The day after my daughter was born, she was whisked off to the NICU after nurses noticed a funny little wheeze every time she took a breath. Her (blessedly) quick birth had left her with fluid in her lungs, something a few days of oxygen support would clear up. But the maternal fantasy of a perfectly healthy baby, swaddled and in our blissful arms, left me bereft over my tubed and taped up newborn. On a quick dash down to the hospital’s snack shop, my husband and I sat quietly, quickly shoving chips into our mouths before we returned to her bedside. A literary creeper by nature, I leaned forward to make out the title of the novel that a gray-haired woman read alone at her table.
The cover, illustrated with a black-and-white tuxedo cat spelling out M-U-R-D-E-R with the dozen or so biscotti littering the floor of a bakery, was one of the wonders of the modern world. It smacked my husband and me out of our slump and launched us into fevered whispering.
“So do the cats solve the mysteries?”
“Or maybe the cats are the villains?”
“No, no, no, look — that cat is obviously helping by spelling out murder.”
Okay, I live in a literary bubble, overburdened with galley copies of forthcoming novels from big publishing imprints; reading anything outside my to-do list is a rare event. (I’m very happy here, btw. Please do not disturb.) I’d certainly seen cozy phenom Rita Mae Brown’s paperbacks (Tail Gait; A Hiss Before Dying) on the shelves of my local grocery. But I was proverbially knocked on my ass when, a few months later, I saw a grouping of three tall, steely Barnes & Noble bookshelves crammed with dozens of cat-detective series — along with other titles that fall under the subgenre of “cozy mysteries.” An entire reading universe had been hiding from me in plain sight. I pawed my way in. (Yes, I’m going to do this.)
That helpful kitty we spotted in the hospital cafeteria turned out to dwell in a vast ecosystem. There are Laura Childs’s Tea Shop Mysteries (Death by Darjeeling, etc.), set in the mossy streets of Charleston, where teahouse owner Theodosia Brown solves local murders over a cuppa Earl Grey. Lorna Barrett’s Booktown Mysteries (Murder Is Binding) feature Tricia Miles of Stoneham, New Hampshire, proprietor of the Haven’t Got a Clue bookstore and — of course — amateur detective. There are 28 titles in Susan Wittig Albert’s China Bayles “herbal mysteries” series (starting with Thyme of Death, published in 1992). China is an “herbalist and ex-lawyer” who solves crimes with her New Age shop-owning best friend. In the Fixer Upper Mystery series, by Kate Carlisle (Crowned and Moldering; Eaves of Destruction), Victorian-home-restoration expert Sharon Hammer finds bodies and secrets in the walls of her projects. (Look for TV adaptations on the Hallmark Channel.)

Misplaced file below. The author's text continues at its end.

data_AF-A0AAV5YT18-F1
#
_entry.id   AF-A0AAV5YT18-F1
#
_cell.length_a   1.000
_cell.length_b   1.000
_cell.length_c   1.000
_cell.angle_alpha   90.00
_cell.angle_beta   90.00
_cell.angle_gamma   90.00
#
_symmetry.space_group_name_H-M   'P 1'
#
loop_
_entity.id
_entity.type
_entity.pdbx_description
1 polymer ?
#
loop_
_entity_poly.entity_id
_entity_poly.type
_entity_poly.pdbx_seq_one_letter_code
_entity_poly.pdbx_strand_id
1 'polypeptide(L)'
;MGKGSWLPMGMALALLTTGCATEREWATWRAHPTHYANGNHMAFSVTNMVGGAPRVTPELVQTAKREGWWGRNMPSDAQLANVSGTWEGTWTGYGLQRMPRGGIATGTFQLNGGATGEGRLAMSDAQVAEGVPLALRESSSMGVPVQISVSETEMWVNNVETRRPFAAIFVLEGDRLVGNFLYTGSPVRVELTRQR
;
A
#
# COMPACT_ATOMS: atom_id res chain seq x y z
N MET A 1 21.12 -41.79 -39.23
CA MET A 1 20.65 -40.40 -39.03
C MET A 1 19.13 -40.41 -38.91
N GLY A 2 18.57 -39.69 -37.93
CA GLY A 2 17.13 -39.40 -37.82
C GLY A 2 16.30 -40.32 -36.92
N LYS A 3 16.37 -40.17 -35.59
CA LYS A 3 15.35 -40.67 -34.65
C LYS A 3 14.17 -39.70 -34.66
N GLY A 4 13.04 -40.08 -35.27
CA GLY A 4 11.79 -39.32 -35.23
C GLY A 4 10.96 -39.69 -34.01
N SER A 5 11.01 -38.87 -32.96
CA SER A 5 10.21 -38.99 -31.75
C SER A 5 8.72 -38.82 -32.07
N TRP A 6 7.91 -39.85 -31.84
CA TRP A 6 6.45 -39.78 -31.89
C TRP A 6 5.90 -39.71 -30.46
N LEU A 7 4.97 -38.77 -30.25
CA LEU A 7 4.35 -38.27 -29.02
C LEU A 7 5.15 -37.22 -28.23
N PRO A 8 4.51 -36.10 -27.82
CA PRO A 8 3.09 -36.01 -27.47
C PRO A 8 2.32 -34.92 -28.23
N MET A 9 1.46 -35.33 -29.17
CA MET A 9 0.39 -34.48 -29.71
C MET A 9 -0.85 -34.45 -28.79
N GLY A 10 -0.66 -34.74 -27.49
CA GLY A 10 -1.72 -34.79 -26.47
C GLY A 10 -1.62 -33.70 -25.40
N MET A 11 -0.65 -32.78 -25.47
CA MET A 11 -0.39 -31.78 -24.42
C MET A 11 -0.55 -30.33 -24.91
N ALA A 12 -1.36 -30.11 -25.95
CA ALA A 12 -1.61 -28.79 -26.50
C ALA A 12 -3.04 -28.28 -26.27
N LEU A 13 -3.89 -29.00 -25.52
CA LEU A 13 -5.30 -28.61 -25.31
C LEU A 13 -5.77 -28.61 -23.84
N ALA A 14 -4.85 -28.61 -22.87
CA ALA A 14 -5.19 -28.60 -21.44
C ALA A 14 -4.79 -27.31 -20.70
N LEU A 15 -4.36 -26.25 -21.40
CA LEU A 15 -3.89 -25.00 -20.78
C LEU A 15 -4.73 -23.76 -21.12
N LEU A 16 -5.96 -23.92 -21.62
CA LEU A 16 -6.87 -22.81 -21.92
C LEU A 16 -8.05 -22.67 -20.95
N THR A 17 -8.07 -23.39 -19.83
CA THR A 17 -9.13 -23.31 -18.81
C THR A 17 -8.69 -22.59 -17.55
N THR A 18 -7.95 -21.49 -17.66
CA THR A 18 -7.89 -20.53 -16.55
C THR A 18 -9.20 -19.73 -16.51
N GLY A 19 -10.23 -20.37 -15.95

All of these writers work under various aliases or produce multiples series. Laura Childs also writes a series about scrapbooking villainy (Fiber & Brimstone). Lorna Barrett writes about crafting criminality, too, under the pseudonym Lorraine Bartlett (A Crafty Killing); there is also a companion recipe book (Recipes to Die For, obviously). Under the name Robin Page, Susan Wittig Albert has published an Anglophilic Victorian/Edwardian mystery series with her husband (Death at Blenheim Palace).
“Cozy mysteries” share an unspoken mission — to lull readers with snug, idyllic settings; to offer murder and treachery without gore or shock; to wipe away that glaze of trauma with which traditional detective stories leave us slicked. Corpses are glanced over quickly, with little to no mention of blood or guts or rot. Forensics, fingerprints, and computer analyses are abandoned in favor of sleuthing so old-fashioned that a monocle wouldn’t seem out of place. The detectives are amateurs — busybodies who find themselves unwittingly drawn into crimes that are rendered in the language of a garden-party faux pas. The small-town settings are the sorts of places — neighborly and congenial, with a cozy café and thriving bookshop, and only minor tiffs related in gossipy asides — where murder is entirely unexpected, and yet the per capita homicide rates reach shocking proportions by book five or six. (Not unlike Cabot Cove, home of the great cozy TV mystery Murder, She Wrote, which the BBC determined to have a murder rate 60 percent higher than the most dangerous country in the world.) These books offer just enough horror to titillate readers — in a safe, comfy, congenial world.